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prosecutors, for example, from sealing information. i think there is a huge problem still with the story about information that we aren't -- hasn't been made public. and i think as long as you're hiding the truth, there is going to be conspiracy theories festering out there. >> right. this is your work on the "miami herald" website which had such an incredible impact. now there are many other reporters covering epstein, covering the fallout, and i saw you quoted thsaying you're thinking about another story. rather than following the pack, you may want to find something else that no one is covering. is that the highest value add you have as a journalist? >> i covered how i had a stage editor tell me when you see a pack of journalists running, go the other way. the point is that the story isn't always with the pack, the story sometimes is the story
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that isn't being told. and i think that that's why this story resonated so much, because it really hadn't been told in this way before. so, yes, i kind of think there are other stories to be told. >> and the new book is "perversion of justice." julie, thank you very much for writing it and for coming on the program. >> thanks. when we come back here, what is going to happen on "jeopardy"? who will the new host be? we're going to handicap the choices, coming up.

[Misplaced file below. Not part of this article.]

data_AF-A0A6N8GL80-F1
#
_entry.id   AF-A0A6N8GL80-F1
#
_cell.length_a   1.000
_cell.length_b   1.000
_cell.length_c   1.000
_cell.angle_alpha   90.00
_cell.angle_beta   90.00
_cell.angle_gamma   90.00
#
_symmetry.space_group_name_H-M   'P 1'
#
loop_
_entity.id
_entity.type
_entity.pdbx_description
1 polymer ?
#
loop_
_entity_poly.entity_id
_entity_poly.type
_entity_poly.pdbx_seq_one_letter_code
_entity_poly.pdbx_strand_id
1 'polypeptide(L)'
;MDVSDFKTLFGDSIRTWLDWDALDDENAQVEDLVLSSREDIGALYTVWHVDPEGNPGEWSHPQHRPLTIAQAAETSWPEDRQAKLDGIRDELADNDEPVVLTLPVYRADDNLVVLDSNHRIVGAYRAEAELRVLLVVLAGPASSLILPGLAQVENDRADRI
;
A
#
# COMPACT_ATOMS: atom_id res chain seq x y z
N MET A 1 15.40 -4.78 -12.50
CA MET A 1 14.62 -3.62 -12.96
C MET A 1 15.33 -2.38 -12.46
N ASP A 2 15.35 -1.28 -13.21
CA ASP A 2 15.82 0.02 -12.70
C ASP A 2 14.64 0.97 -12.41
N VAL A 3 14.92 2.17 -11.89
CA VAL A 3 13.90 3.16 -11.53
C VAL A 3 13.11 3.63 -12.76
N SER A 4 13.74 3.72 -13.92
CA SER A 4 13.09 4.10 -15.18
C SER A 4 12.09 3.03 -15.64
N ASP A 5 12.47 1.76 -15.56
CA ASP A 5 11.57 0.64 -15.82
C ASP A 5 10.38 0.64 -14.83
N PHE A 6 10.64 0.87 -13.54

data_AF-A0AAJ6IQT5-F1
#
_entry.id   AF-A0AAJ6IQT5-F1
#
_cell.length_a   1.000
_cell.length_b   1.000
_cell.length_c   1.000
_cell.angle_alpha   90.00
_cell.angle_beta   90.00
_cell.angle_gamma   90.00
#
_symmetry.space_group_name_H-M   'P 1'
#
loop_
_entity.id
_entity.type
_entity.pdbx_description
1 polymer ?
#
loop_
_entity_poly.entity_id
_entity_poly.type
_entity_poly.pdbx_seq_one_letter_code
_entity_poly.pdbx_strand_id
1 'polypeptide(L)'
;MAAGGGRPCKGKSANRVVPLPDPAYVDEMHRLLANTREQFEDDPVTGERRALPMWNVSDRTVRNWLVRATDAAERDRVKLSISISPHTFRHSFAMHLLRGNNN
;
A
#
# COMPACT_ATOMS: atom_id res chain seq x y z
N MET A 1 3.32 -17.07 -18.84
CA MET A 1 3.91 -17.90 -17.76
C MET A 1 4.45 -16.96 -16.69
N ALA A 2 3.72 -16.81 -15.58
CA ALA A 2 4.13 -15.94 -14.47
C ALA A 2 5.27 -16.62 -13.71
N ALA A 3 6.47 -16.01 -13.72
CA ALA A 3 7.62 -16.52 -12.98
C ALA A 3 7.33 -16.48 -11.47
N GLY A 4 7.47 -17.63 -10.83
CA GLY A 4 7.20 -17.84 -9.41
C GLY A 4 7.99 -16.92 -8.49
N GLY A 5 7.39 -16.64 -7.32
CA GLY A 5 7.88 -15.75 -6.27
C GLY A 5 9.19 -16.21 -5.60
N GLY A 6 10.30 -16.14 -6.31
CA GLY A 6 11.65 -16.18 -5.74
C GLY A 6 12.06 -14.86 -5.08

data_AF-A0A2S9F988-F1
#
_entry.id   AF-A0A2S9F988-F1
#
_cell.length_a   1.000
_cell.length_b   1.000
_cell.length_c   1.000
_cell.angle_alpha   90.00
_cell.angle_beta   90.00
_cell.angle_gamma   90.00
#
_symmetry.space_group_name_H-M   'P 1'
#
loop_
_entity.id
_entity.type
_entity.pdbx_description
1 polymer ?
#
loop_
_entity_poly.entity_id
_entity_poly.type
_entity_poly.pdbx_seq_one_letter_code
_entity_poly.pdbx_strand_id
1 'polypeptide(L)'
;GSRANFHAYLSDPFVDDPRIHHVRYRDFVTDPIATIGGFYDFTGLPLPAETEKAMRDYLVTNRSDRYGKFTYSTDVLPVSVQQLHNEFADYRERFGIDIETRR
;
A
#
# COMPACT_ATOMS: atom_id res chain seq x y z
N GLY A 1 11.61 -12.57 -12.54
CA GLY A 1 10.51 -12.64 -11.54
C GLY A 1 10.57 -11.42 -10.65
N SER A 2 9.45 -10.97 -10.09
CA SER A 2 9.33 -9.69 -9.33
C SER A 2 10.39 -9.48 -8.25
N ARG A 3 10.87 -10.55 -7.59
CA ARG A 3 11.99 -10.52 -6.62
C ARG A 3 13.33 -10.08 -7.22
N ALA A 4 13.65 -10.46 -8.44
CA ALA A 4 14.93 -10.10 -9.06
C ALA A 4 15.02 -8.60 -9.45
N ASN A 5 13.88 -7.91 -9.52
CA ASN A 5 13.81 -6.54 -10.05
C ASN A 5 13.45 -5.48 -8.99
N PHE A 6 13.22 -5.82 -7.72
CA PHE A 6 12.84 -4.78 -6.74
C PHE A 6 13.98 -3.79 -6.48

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it is one of the biggest jobs in television, one of the most be loved shows on all of television. it is "jeopardy." this week, reading rainbow host levar burton is going to have his shot as the guest host. he's been a fan favorite. his fans have been cheering for him, and now he has it. a lot of people have filled in, including sanjay gupta and anderson cooper. we've seen talent from other networks, robin roberts, george stephanopoulos. the new season starts in september and the producers need to pick a host. let's talk about it and why
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"jeopardy" matters with oliver darcy and claire atkinson. oliver, do you know who it's going to be? >> that's the million dollar question right now, brian. it's such an important job. we really have no idea who it's going to be. like you said, burton is a fan favorite. ken jennings is also a fan favorite and had high ratings at the start of the show, when they started doing guest auditions. it's going to be interesting to see who the producers go with for their final selection. >> i'm told they're going to pick every day because they're going to start taping in august. when alex trebek passed away, truth, fact, knowledge, all the things we care about in the news business. i feel like there's an affinity for "jeopardy" for that reason. claire, this is also an important show for broadcast television? >> yeah. i feel liesh "jeopardy" is one of the shows loved by everybody. the final episode with alex